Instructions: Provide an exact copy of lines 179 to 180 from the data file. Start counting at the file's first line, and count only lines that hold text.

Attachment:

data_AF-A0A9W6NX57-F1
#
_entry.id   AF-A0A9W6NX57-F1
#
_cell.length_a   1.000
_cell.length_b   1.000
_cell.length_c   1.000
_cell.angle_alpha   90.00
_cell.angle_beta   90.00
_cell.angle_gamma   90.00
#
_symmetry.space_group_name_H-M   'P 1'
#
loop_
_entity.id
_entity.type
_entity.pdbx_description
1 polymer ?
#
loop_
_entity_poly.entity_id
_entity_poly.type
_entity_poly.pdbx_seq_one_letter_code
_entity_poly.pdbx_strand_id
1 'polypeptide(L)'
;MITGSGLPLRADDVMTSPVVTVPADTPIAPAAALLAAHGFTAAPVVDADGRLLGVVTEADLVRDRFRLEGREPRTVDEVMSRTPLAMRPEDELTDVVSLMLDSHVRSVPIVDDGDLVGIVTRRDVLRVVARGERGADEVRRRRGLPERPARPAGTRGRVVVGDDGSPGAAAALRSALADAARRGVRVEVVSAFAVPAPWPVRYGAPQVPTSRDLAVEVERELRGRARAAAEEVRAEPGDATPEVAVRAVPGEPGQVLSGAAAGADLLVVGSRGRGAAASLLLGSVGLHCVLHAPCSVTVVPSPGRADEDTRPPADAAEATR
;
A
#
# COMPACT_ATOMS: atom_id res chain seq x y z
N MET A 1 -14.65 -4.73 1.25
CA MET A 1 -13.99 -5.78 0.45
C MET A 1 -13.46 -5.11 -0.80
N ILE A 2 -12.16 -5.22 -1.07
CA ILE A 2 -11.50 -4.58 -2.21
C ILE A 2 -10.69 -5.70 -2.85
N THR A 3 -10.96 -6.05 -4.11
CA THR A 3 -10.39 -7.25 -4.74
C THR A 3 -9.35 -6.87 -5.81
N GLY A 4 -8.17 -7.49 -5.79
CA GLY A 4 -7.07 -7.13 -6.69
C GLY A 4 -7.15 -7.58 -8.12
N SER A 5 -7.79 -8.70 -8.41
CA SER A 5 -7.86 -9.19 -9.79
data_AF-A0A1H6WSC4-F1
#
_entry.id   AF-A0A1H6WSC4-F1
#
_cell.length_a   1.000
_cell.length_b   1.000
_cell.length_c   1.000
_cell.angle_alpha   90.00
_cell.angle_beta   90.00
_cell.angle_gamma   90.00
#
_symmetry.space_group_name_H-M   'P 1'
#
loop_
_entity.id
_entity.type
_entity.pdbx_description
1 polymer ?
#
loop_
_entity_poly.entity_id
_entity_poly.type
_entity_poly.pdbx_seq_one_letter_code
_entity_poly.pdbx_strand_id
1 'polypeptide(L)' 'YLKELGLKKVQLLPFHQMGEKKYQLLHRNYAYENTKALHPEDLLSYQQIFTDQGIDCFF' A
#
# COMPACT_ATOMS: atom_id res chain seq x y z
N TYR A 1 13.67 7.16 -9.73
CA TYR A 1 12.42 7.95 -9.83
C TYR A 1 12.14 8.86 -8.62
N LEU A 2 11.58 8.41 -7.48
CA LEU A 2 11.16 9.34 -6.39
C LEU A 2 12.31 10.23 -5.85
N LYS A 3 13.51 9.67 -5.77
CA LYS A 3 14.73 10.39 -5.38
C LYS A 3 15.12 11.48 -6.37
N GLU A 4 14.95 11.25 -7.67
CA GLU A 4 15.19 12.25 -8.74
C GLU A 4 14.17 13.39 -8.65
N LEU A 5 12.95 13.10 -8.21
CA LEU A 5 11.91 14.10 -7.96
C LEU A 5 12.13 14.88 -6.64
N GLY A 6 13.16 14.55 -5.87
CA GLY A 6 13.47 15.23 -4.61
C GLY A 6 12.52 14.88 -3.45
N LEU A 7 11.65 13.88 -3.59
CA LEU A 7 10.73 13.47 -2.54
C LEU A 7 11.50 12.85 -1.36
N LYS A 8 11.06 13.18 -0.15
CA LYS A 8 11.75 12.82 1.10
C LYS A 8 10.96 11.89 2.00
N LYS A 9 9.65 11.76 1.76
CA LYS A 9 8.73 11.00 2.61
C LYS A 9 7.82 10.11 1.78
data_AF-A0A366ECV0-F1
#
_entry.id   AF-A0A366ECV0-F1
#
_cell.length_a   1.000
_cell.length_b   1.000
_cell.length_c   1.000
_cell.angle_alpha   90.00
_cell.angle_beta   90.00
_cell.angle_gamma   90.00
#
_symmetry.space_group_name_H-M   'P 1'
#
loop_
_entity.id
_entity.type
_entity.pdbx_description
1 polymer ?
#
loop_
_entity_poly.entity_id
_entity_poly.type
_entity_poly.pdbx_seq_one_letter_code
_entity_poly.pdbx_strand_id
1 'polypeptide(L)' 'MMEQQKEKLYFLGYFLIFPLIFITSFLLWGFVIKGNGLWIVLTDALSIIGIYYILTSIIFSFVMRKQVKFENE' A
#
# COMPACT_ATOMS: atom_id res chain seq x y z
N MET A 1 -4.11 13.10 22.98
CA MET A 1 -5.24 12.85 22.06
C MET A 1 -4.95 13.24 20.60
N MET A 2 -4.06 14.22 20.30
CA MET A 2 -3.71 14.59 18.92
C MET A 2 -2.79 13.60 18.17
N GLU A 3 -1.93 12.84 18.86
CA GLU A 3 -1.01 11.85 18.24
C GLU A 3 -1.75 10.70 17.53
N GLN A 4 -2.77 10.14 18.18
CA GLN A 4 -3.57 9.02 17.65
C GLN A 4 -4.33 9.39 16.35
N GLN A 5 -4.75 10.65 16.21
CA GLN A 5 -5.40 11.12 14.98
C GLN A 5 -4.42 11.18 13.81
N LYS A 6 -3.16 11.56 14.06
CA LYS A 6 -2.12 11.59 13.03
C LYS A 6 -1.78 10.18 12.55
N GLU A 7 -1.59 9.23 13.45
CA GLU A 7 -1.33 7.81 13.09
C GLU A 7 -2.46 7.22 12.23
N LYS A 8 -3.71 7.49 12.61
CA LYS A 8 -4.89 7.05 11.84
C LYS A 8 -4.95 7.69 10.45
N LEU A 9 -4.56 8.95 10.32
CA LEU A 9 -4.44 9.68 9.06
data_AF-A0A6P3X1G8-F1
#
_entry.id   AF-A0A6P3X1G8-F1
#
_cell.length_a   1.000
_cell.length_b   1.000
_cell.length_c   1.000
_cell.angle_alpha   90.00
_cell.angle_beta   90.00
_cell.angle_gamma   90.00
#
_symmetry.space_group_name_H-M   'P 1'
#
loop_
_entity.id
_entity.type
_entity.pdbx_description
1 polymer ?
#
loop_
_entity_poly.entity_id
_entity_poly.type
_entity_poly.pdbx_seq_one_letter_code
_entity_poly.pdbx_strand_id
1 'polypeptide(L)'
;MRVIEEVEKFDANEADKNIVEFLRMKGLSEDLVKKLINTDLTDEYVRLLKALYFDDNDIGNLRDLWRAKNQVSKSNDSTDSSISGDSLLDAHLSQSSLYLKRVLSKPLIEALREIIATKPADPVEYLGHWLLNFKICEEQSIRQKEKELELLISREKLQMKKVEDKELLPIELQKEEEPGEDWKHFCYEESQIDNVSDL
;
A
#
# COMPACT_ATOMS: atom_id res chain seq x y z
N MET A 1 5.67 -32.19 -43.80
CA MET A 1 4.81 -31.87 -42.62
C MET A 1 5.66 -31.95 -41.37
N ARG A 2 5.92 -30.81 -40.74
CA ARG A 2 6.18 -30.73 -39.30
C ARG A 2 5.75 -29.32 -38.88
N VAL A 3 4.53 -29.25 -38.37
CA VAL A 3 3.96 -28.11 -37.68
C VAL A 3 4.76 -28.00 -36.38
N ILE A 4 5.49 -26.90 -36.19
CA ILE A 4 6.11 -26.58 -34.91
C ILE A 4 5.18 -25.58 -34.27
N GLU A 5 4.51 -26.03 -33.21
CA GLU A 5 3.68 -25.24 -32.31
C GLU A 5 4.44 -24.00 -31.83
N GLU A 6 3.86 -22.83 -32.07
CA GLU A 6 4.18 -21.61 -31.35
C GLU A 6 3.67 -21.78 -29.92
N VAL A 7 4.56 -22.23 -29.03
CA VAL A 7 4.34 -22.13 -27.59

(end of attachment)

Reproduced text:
A
#